In the execution chamber, his spiritual adviser, Dana Moore, placed his right hand on the inmate’s chest, and held it there for the duration. With his back to witnesses, Moore offered a brief prayer.
“Look upon John with your grace,” he prayed. “Grant him peace. Grant all of us peace.” As Moore’s prayer ended, Ramirez responded: “Amen.”
After the prayer, Ramirez addressed five of Castro’s relatives — including four of his children — as they watched through a window a few feet from him. “I have regret and remorse,” he said.” This is such a heinous act. I hope this finds you comfort. If this helps you, then I am glad.
I hope in some shape or form this helps you find closure.”
Ramirez expressed love to his wife, son and friends, concluding with: “Just know that I fought a good fight, and I am ready to go.”
As the lethal dose of pentobarbital took effect, he took several short breaths then began snoring. Within a minute, all movement stopped. Ramirez was pronounced dead 14 minutes later, at 6:41 p.m. CDT.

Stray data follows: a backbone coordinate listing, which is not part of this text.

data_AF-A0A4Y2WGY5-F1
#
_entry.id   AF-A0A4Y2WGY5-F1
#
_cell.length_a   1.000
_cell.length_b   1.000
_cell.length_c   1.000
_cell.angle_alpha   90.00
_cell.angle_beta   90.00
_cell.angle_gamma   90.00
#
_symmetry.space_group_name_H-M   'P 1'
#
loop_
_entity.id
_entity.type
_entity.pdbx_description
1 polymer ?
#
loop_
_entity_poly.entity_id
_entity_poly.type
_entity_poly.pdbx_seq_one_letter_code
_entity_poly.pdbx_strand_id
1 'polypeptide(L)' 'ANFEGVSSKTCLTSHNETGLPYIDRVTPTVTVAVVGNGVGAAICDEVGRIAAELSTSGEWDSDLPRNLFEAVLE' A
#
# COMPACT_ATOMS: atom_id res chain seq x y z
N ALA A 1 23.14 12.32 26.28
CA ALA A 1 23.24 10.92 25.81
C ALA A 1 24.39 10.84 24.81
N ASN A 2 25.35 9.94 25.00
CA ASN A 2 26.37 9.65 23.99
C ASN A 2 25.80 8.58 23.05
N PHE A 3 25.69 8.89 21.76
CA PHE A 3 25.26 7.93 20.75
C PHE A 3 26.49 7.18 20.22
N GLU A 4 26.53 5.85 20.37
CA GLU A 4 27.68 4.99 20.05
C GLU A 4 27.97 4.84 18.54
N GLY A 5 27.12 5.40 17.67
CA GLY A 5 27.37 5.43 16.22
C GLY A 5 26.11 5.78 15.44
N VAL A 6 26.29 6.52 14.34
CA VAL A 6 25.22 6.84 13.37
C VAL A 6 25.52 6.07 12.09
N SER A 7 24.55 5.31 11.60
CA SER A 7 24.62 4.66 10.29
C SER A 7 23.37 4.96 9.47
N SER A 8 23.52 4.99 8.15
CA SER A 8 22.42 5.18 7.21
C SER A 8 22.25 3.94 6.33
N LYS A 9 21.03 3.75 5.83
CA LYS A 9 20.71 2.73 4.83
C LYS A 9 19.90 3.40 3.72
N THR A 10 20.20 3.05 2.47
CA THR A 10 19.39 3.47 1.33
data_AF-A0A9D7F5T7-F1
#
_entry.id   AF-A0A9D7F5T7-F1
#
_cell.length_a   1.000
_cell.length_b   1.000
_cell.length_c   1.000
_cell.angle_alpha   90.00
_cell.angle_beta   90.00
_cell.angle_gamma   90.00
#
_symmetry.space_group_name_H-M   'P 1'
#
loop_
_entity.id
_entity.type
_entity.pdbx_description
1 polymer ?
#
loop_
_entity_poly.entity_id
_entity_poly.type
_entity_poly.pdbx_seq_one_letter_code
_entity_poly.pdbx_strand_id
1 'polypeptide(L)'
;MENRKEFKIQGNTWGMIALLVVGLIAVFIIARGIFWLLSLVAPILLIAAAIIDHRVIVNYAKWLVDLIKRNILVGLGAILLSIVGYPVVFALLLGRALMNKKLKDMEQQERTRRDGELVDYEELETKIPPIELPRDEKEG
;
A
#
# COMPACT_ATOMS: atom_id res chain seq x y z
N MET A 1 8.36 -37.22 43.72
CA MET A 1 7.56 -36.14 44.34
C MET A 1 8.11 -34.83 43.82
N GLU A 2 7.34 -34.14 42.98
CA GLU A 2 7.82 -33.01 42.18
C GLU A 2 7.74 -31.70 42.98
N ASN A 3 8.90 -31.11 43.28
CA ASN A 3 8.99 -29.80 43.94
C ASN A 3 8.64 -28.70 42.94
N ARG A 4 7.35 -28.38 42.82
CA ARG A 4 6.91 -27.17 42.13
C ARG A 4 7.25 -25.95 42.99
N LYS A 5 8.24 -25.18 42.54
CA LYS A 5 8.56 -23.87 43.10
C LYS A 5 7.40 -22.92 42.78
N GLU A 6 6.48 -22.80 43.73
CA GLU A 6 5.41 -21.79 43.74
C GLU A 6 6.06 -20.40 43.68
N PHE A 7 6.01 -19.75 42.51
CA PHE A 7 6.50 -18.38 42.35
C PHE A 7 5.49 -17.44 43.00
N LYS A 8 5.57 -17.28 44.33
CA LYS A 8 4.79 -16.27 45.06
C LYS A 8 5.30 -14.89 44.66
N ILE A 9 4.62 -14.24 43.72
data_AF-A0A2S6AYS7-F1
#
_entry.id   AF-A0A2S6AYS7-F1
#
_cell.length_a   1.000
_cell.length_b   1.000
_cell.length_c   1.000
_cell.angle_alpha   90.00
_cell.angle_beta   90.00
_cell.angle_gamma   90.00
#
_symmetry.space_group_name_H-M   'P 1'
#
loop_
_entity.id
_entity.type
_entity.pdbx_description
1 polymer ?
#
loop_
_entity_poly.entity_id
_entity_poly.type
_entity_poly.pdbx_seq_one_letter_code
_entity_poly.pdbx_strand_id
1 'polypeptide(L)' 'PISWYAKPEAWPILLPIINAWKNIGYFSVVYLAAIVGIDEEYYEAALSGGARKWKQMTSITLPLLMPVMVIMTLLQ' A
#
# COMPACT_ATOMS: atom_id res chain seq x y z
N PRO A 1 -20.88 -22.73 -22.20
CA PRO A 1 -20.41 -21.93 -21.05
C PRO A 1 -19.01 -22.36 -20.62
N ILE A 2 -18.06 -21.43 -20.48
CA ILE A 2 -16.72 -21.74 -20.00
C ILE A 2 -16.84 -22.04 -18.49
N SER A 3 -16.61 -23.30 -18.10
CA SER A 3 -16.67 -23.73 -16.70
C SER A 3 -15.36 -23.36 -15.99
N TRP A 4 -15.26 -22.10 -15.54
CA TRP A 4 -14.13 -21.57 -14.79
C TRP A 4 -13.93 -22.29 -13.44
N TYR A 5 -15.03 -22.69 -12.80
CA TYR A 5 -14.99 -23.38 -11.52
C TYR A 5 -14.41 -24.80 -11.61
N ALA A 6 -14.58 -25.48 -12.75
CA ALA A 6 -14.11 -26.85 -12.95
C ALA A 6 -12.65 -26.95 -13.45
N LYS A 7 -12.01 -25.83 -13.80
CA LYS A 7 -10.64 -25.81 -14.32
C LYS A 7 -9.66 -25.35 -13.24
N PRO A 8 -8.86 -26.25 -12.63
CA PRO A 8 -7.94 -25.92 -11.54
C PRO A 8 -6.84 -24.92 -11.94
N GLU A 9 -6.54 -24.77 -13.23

John Henry Ramirez, 38, was sentenced to death over the 2004 fatal stabbing of 46-year-old convenience store clerk Pablo Castro during a drug-fueled string of robberies.
His execution date was delayed last year after Ramirez claimed his religious freedom was being violated because state prison rules prevented his pastor from touching him and praying aloud during the procedure.
Ramirez’s fight ended up clarifying the role of spiritual advisers in death chambers nationwide after the US Supreme Court sided with the convicted murderer in March.
The court ruled that states must accommodate the wishes of death row inmates who want to have their religious leaders
The Texas Board of Pardons and Paroles declined on Monday to commute Ramirez’s death sentence to a lesser penalty.
Ramirez has exhausted all possible appeals and there is no final request to the Supreme Court planned, his attorney Seth Kretzer said.
Ramirez was convicted of stabbing Castro 29 times in a robbery that cops said was the culmination of a three-day binge fueled by a mix of pot, pills, booze and cocaine — and yielded him just $1.25.
He fled to Mexico immediately after but was arrested 3 1/2 years later.
If Ramirez’s execution goes ahead as planned, he would be the third inmate put to death this year in Texas and the 11th in the country.